ISLAMABAD: A high-powered government committee has evolved a comprehensive report highlighting the threat of delay in supply chain of raw and intermediate goods besides a sizable decline in bilateral trade in the wake of epidemic coronavirus that hit China in December 2019.
Since the outbreak, this is the first indigenous report prepared to analyse the possible impact of outbreak of coronavirus on Pakistan’s global trade with special emphasis on bilateral transactions with China. Various governments departments and agencies were asked for consultations with relevant stakeholders.
The inter-ministerial Trade Advisory Committee (TAC) was set up at a time, when international institutions are also analysing impact of disruption in supply chain of raw and intermediate goods from China to the global market.
In consultation with almost 12 trade associations, it was suggested that importers are facing delay in supplies. The sectors that were consulted include auto, electric fans, cosmetics, marble, rice, pharmaceuticals, surgical instruments, readymade garments, leather and textile.
It is estimated that the current stocks are available for 30 days or more and have not reached a critical level. However, the businesses believe restoration of activities within a month’s time, while for Hubei province it may take two months.
In textile, the prices of polyester begun to rise but now is decreasing towards stabilisation. But in terms of readymade garments, orders have diverted from China to Pakistan which will result in improved export figures for US and EU in the coming months.
The garments industries have already received exports orders from EU and USA for which local manufacturers are now operating on full capacity. On the other hand, outbreak in Iran can impact the leather sector as they import raw skin of sheep and other animals in bulk quantity from the Islamic Republic.
The biggest decrease in exports of Pakistan to China was seen in rice for February, which the concerned association believes will rebound quickly. But in case of emergency, the rice, especially Irri-6, is expected to divert to the African market.
Pakistan’s exports of fish and fish products to Thailand will decline mainly because the tourism industry of Bangkok has badly been affected by the outbreak.
The stakeholders of cable manufacturers, cutlery, steel manufacturers and marble industry have informed the government that raw material and intermediate goods will last for one month. However, these sectors are optimistic that supplies will resume within a month.
It was also pointed out that some confusion was created owing to certain orders which led to disruption in exports of commodities. The export consignment of mask was stopped on the order of the Drug Regulatory Authority of Pakistan. However, the ban yet to be issued by the Ministry of Commerce.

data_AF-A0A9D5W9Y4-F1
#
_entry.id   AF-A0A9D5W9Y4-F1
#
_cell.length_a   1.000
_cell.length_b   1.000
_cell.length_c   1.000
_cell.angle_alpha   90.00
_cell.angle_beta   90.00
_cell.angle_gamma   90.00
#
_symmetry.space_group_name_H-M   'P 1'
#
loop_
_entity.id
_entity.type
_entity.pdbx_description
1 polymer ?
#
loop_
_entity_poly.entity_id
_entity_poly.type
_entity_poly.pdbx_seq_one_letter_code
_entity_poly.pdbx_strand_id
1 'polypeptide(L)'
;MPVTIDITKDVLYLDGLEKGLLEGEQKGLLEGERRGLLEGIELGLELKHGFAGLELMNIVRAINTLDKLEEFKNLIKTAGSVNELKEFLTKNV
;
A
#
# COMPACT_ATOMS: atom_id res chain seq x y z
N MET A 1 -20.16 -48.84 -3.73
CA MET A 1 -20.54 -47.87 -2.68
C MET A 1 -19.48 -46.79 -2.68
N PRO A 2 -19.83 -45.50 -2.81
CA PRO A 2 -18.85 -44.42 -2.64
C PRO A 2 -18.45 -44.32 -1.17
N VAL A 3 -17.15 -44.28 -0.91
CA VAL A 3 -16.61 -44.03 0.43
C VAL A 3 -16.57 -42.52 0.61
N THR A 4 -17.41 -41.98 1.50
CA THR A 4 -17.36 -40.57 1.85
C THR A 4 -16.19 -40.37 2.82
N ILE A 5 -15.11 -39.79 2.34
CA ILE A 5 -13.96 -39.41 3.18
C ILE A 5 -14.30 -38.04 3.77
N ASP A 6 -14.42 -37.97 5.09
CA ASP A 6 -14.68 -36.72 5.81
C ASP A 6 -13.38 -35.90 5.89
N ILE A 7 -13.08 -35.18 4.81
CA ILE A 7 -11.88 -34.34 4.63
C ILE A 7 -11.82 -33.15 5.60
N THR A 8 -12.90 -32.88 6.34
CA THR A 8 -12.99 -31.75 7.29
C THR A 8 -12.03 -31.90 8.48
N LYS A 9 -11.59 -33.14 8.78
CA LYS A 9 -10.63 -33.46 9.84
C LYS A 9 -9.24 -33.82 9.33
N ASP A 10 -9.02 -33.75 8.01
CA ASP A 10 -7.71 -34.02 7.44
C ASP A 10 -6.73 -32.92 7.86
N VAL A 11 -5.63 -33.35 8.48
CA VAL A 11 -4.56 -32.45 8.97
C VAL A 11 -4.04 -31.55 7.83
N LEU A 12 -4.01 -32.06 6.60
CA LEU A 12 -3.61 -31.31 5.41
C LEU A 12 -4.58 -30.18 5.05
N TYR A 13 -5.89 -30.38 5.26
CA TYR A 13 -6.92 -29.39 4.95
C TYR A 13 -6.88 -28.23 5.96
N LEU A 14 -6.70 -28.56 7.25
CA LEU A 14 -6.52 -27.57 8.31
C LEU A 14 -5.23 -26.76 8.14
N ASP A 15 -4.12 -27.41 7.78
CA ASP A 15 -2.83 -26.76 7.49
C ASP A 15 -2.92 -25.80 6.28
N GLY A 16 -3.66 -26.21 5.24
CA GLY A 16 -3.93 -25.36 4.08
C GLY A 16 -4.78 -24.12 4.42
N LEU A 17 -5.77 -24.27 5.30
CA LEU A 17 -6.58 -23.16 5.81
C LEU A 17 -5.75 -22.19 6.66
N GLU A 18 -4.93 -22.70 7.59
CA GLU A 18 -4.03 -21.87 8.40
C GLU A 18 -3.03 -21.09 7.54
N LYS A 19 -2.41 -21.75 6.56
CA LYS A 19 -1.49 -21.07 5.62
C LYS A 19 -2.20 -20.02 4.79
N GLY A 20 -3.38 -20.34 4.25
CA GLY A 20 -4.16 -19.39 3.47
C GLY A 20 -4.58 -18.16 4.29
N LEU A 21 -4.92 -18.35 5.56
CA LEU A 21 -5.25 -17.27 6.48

Similarly, the Ministry of National Health regulation issued for the fumigation of all consignments of secondhand clothes, which was overstretched to all cargo entering Pakistan. This decision was later clarified and had already caused much confusion. The government also imposed ban on import of live animal and birds from China.
On the bilateral side, Pakistan’s trade with the has been affected adversely during the 24 days of February as exports have declined by $28m or 18pc whereas imports fell $137m or 15pc.
Top declining exports of Pakistan include rice, ethyl alcohol, cotton yarn, chromium ores, cotton fabric, raw leather, natural sands, marble, vegetable saps, natural steatite, flour and meals and sacks and bags.
On the other hand, increase in exports was seen in copper articles, t shirts, men’s garments, plastics, aluminum articles, iron ores, women garments, jersey’s, home textiles, birds skins, hosiery items, tools and cutlery.
In the first 24 days of February, decline was observed in import of electrical machinery and equipment, synthetic filament yarn, iron and steel, aluminum articles, plastics, medical and surgical instrument, miscellaneous articles, chemicals, pile fabrics, synthetic filament woven fabrics, footwear, rubber articles, tools and cutlery, ceramic flags, fertilisers, auto parts and base metal articles.
The most important areas of concern include electrical machinery, synthetic yarn and fabric, pile fabric aluminum articles, surgical instruments, chemicals, ceramic flags, fertilisers and base metals.
“For now, the stakeholders do not sound vulnerable to look for alternate options of imports,” the report says, adding unless the situation in China further deteriorates and supplies remain stuck. “There is nothing to panic at this point in time,” it continues.
At the same time, reports from trade and investment offices in China have confirmed that although there are delays in clearance of shipments to and from the country given shortage of staff and pile up due to earlier closures, port operations are now coming back to normal.
“Not a single complaint has been received by commercial section where Pakistan-bound shipments are not being cleared,” claimed the report quoting trade offices in China.
Published in Dawn, March 10th, 2020